Peony 'Sarah Bernhardt'

Peony 'Sarah Bernhardt'

Thursday, April 30, 2015

For the Love of Dahlias

Oh dahlias, how I love you. For a professional and hobby plant nerd, picking a favorite plant is near impossible. I just could never do it. However, for certain dahlias are in my top 10 favorite flowers. They are just so beautiful in the summer garden. Their blooms are a favorite of brides everywhere.

Several years ago I started with just one dahlia variety, hollyhill black widow. She’s a beautiful dark deep burgundy red. I wore her in my hair and in my bridal bouquet when I was married. She is very special to me and was my entry into the world of dahlias. The year I got married I asked my 3 best friends to grow dahlias in their gardens to use in our centerpieces. I am confident that also hooked them on growing dahlias.

In my small yard with limited sunny space I’ve managed to squeeze in these other varieties: fire magic, John Kaizer and little scotti. I loved fire magic so much I accidentally planted it twice in my small flower bed! When there was no more room for dahlias in the ground I found a sunny spot for 2 containers. This year I’m experimenting growing dahlias in pots. I choose varieties Margaret Duross and Elijah Mason. I'm not sure if they will thrive in a pot. I was concerned the tall plants would become top heavy, so I have wedged the pots together to support each other and I plan on giving them some cage support as they grow. I'll let you know how it works.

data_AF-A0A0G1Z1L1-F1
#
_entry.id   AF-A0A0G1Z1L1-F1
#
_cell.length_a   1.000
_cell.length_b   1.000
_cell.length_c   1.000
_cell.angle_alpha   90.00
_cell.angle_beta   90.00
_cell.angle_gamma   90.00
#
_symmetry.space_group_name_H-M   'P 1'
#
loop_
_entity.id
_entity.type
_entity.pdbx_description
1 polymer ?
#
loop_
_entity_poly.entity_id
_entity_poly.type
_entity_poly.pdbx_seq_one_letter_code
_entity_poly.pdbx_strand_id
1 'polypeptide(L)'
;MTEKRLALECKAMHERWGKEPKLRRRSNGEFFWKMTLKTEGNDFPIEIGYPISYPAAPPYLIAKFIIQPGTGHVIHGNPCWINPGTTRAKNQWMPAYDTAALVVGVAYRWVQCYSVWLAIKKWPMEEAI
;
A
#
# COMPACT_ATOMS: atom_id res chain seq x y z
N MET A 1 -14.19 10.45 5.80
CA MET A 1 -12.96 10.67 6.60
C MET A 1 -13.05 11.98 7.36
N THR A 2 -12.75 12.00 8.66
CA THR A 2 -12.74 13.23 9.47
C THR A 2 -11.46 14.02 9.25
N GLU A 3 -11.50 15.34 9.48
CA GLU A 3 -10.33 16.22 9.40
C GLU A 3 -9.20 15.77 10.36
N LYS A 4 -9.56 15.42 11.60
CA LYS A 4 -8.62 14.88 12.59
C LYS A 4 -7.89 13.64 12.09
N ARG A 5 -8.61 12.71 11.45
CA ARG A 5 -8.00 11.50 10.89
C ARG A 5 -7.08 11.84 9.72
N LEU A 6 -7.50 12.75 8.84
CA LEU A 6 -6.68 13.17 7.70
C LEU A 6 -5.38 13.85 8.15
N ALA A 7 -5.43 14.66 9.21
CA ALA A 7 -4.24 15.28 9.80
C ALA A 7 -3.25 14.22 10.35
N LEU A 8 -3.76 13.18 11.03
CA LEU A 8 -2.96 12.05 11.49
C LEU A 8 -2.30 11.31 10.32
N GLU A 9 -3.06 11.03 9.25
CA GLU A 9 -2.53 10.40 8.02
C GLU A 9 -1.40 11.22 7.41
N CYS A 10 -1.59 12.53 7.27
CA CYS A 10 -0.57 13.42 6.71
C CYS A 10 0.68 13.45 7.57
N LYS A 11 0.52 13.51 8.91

I buy all my dahlias tubers from Old House Dahlias here in Portland. Mark is super knowledgeable and his selection is mind blowing.

Watch his video here to learn about planting dahlias.

Here are some tips for planting dahlias in Portland:

-Dahlias need soil temperatures consistently at 60 degrees. In Portland this is typically April-May.
-Plant in full or part sun. My dahlias are thriving in an area that gets dappled morning sun followed by hot afternoon sun.
-Dahlias need well-drained soil so they don't rot out in the wet clay Portland native soil. Amend your ground soil with compost, sand or aged manure.
-Dahlias are large plants that need to be spaced at least 2 feet apart from other plants.
-Plant tubers on their side 4-6 inches deep.
-Do not water tubers until they sprout.
-Dahlias like a low nitrogen fertilizer. I use fox farm big bloom liquid fertilizer.

For more information on planting, growing, and dividing dahlias see the Old House Dahlia website.

It is perfect weather to start planting your dahlias in Portland. So pick some new varieties and get growing.
Happy Gardening,

Wednesday, April 29, 2015

Planting Tomatoes

Good morning gardening friends!

It is not yet time to plant tomatoes in Portland, it is still too cool. However, since everyone is so excited, and with good reason, about growing tomatoes I thought I would offer up some planting tips. In the upcoming May edition of the Concordia News I report on growing tomatoes. Did you know tomatoes are the number one home grown gardening plant in the united states? I would say we have a tomato obsession on our hands.

Spring has sprung full force in Portland. In May we are itching to fill up the edible garden for our summer harvest. Tomatoes are a favorite of gardeners everywhere. One of my all time favorite garden quotes comes from public radio show host Mike McGrath "Everybody wants to grow tomatoes. Tomatoes are the gateway drug to all of gardening."

Lest we get too eager to start planting tomatoes, here are some tips for successful growing in Portland.

• Tomatoes like warm weather. They need consistent minimal night temperatures of 55 degrees. In Portland this is typically between May 15-June 1. Planting your tomatoes too early will result in stunted or dead plants. Right now our night temperatures are averaging in the mid 40s.
• Tomatoes like warm soil. They need consistent soil temperatures of 60 degrees.